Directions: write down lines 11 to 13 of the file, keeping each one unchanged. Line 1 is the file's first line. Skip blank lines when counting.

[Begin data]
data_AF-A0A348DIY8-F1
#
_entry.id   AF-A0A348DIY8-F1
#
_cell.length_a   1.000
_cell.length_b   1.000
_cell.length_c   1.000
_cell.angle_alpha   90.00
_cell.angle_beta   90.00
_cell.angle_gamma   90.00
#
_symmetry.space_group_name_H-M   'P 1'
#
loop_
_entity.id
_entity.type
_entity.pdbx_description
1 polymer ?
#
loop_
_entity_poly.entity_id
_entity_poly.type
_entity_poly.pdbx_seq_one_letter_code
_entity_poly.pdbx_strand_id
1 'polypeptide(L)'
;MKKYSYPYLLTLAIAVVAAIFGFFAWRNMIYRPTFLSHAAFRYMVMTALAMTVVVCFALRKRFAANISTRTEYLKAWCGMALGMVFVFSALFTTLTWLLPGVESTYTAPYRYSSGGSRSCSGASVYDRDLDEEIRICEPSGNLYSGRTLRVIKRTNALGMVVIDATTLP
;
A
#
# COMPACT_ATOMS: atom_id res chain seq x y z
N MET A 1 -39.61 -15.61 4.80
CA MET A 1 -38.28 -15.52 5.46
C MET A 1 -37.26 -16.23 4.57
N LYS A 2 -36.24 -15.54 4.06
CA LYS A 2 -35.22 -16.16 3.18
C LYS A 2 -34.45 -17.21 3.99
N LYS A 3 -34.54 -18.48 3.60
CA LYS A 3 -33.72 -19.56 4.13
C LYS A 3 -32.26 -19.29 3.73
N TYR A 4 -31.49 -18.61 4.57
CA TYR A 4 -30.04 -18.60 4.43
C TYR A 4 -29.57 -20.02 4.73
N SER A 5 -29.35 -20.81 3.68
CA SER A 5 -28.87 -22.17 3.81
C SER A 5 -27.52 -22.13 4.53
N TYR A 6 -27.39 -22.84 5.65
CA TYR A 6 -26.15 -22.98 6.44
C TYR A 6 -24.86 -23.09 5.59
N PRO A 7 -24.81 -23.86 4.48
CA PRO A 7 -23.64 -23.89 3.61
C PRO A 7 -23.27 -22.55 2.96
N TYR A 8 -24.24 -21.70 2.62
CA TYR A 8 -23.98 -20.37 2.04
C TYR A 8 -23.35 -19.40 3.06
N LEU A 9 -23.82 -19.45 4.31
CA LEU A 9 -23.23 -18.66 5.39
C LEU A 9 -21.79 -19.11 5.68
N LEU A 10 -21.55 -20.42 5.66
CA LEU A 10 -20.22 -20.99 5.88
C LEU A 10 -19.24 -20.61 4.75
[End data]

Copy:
#
_symmetry.space_group_name_H-M   'P 1'
#